Parenting Gone Awry, Silliness

Flailing Not Failing

Sean was born six weeks early and spent the first week of his life in the NICU.  He was teeny tiny, but was never in any danger, other than being sent home to live with two clueless people.

Before we left the hospital, the nurse showed me the proper way to wrap my baby in a blanket. She stressed the importance of keeping his arms tucked in tight at all times. She said he was used to be being curled up in the confines of my womb and he would prefer being swaddled.  She said that if he were allowed to flail his arms freely, he would feel insecure thusly destroying his sense of well-being and possibly leading to a life of crime.  Only the worst kind of mother would allow flailing.

Perhaps all that was implied, I don’t really remember.  In those days, uneven hormones along with the dauting task of caring for an infant made everything seem reallllly critical.

I felt a measure of confidence as I watched the nurse swaddle my tiny new baby because I had made burritos before and I recognized that she was merely making a yummy baby burrito. Nothing hard about that.  Having passed swaddling 101, they released us to take our baby home.

When we got home, the first order of business was to change his diaper and then wrap him up in the prescribed manner at which I was an expert.

I laid him ever so gently diagonally across the blanket.  Just like the nurse, I folded the bottom of the blanket into a triangle and pulled it up and over his feet.  I then pulled the right side of the blanket tautly over him, rolled him forward a little, tucked it under and then repeated left to right.

Voila!  I stood back and admired my work. All that was missing was a bow!  But then, like Houdini, he began to twist and squiggle until he had freed his right arm which he began waving over his head like a flag.  And then he pulled out his left arm.  And then he began flailing both arms with all his might.  He seemed to be saying, “Look at me! I’m flailing! And you can’t stop me!”

“Stop it baby!” I cried, “Stop flailing! Do you want to end up in jai!?” At which point he wadded up the blanket and threw it across the room.

I retrieved the blanket and rolled him up in it again and again.  No matter how tightly and expertly I swaddled him, he pulled his arms out in record time.  When visions of duct tape began to dance in my head I conceded.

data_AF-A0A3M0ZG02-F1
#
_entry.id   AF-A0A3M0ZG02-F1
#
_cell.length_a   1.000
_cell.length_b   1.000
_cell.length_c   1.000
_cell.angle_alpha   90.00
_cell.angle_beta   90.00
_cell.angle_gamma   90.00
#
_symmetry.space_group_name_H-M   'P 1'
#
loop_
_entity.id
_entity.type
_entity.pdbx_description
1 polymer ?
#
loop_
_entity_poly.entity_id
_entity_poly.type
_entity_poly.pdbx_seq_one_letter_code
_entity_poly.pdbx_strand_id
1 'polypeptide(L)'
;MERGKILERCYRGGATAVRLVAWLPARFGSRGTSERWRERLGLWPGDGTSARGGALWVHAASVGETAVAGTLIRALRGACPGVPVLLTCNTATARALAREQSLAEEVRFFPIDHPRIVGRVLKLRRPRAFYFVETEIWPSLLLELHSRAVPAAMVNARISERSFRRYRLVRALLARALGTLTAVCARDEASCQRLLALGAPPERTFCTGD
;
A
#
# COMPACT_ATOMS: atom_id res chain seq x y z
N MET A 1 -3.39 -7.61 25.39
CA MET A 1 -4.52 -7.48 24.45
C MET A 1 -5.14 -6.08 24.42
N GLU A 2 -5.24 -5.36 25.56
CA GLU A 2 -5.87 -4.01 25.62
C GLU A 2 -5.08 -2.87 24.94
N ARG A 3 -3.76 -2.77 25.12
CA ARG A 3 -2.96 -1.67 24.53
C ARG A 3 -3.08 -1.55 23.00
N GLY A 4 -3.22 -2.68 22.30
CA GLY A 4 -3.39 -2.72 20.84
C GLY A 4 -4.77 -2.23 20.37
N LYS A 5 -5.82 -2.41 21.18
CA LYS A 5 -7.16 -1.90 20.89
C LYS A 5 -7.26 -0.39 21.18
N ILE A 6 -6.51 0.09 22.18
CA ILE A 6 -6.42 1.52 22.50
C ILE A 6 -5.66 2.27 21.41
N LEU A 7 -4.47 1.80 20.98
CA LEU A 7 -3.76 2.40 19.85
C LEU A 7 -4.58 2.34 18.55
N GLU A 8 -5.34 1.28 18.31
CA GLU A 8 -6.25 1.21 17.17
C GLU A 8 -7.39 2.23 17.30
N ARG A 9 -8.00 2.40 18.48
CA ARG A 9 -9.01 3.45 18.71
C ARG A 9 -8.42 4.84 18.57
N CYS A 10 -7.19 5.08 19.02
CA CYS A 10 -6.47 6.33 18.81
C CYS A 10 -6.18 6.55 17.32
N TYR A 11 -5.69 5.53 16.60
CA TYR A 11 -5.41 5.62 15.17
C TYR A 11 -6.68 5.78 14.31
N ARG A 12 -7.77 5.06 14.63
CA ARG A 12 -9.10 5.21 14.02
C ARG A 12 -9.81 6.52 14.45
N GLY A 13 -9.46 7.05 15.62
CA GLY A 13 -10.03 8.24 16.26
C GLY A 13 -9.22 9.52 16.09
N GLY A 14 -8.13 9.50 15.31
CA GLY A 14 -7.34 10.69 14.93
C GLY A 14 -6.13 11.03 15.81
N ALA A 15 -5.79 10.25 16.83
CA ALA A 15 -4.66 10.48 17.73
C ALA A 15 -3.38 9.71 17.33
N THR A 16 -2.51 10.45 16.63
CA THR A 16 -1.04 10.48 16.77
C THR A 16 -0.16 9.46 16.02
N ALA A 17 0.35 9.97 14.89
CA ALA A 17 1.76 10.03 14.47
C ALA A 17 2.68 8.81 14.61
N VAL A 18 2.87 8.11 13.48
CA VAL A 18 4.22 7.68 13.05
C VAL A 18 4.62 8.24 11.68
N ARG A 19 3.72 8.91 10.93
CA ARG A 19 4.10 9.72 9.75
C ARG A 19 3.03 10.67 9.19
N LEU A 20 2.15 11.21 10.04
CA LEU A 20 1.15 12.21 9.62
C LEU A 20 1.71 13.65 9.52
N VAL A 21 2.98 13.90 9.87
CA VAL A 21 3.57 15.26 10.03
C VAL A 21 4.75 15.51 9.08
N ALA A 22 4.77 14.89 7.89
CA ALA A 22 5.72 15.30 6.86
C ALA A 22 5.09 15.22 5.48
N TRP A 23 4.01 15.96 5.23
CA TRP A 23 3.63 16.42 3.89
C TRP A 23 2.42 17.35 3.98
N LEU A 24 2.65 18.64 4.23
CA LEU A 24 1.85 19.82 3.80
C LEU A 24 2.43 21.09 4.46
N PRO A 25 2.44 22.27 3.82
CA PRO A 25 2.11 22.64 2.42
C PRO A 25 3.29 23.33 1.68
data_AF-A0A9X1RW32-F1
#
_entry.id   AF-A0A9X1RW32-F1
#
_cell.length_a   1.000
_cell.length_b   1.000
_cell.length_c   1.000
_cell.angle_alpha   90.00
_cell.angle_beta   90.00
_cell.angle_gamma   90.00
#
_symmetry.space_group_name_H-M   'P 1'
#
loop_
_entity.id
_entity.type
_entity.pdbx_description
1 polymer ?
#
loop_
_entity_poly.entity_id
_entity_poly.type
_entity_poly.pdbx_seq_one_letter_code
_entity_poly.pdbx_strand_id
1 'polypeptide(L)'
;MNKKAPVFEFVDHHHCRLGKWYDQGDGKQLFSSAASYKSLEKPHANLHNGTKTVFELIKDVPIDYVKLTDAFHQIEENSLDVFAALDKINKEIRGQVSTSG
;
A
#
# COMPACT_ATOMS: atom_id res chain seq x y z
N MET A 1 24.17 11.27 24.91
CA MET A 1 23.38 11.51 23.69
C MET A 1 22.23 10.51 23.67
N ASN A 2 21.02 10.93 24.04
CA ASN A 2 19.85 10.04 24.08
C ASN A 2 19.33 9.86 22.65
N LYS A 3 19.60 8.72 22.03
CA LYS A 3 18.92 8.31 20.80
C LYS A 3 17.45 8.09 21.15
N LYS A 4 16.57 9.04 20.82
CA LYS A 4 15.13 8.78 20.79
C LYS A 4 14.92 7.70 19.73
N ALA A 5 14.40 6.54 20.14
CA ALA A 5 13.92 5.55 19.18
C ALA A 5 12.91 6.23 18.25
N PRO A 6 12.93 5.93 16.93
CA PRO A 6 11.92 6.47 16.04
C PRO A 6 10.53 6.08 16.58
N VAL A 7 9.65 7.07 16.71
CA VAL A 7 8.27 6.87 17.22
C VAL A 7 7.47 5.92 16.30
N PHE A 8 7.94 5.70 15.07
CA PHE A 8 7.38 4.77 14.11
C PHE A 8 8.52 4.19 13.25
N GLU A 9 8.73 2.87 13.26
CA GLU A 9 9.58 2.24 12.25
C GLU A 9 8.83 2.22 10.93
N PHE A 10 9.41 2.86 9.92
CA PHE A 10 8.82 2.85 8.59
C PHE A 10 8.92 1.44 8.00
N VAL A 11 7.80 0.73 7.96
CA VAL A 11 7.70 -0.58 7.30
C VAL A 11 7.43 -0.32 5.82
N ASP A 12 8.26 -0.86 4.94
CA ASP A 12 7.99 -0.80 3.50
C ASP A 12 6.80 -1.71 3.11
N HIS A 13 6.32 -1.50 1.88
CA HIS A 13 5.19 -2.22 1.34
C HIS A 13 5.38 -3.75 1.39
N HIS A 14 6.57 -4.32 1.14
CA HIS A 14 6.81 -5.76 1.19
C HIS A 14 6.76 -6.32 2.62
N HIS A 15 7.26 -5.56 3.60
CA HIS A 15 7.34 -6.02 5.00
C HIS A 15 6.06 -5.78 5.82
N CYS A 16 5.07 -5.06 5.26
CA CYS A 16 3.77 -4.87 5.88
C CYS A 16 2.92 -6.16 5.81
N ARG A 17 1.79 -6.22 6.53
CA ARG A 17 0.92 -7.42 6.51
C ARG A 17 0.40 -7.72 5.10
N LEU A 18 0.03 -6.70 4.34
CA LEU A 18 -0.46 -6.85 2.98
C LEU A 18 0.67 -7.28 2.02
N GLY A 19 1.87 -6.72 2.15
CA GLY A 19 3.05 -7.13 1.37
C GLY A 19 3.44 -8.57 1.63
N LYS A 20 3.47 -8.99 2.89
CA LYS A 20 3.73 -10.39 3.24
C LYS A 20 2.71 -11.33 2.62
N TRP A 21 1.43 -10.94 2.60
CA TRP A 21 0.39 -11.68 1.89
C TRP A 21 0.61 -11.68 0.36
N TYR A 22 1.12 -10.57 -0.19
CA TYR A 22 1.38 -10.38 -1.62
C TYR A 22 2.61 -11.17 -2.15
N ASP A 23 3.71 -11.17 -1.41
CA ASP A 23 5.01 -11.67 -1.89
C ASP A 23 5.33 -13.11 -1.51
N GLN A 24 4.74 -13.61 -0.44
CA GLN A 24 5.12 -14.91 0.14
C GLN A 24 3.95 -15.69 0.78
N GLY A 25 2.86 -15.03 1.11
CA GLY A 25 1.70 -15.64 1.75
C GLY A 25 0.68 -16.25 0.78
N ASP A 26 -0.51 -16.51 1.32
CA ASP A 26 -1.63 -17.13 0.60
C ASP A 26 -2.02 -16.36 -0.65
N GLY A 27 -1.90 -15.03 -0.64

On my very first day of motherhood, I learned this very important lesson:  You can swaddle a baby but you can’t make them keep their arms in. Without duct tape.  I also realized that when it comes to babies, expert advice is really only a suggestion.

Six years later, nothing in that regard has changed – I swaddle, he unswaddles, I tuck, he untucks, I wrap, he unwraps, I do, he undoes.  It’s the pattern of our lives.

Nearly every night I peek in on Sean just before turning out the lights to find him sleeping with his arms outside the covers.  I lean over him and kiss his forehead and then like a good mother, I pull the covers up under his chin and tuck his arms securely under the blanket.

And when I turn to take one last look before leaving the room, he pulls his arms out and flops them on top of the blanket.


You can tell from the look on his face that he is plotting how to get out of the swaddle.

38 thoughts on “Flailing Not Failing

  1. I don’t know why this has made me cry. Perhaps it’s the line, “you can swaddle a baby, but you can’t make them keep their arms in.”
    If you only knew how hard I tried to “swaddle” my son against his own decision to join the Marines. Then when he finally enlisted and I saw the peace envelope him, and his grades improve, and his excited commitment to weekly meetings with his recruiter; I realized I had truly been squelching a dream. I swaddled him alright, but he flailed his arms at me. He was right. It’s what he needed. I had not swaddled him; I had restrained him.

    I love reading how you cherish your little boy. Your home must be so magical all year long.

    * * *
    I try to imagine what it is like for you, and other mothers like you, to send your baby off to do such a grown up and dauting task, to defend our country, maybe even with his very life. I can’t make my mind go there, really go there. It’s just too much for my heart. So we pray always for our soldiers, every single night, Sean and I, that God will see fit to protect our soldiers and bring them home to their families. That’s all we know to do.

  2. Lovely post.

    Really, the expert is the baby–they will always let you know what they really need. Our job is to really listen to them.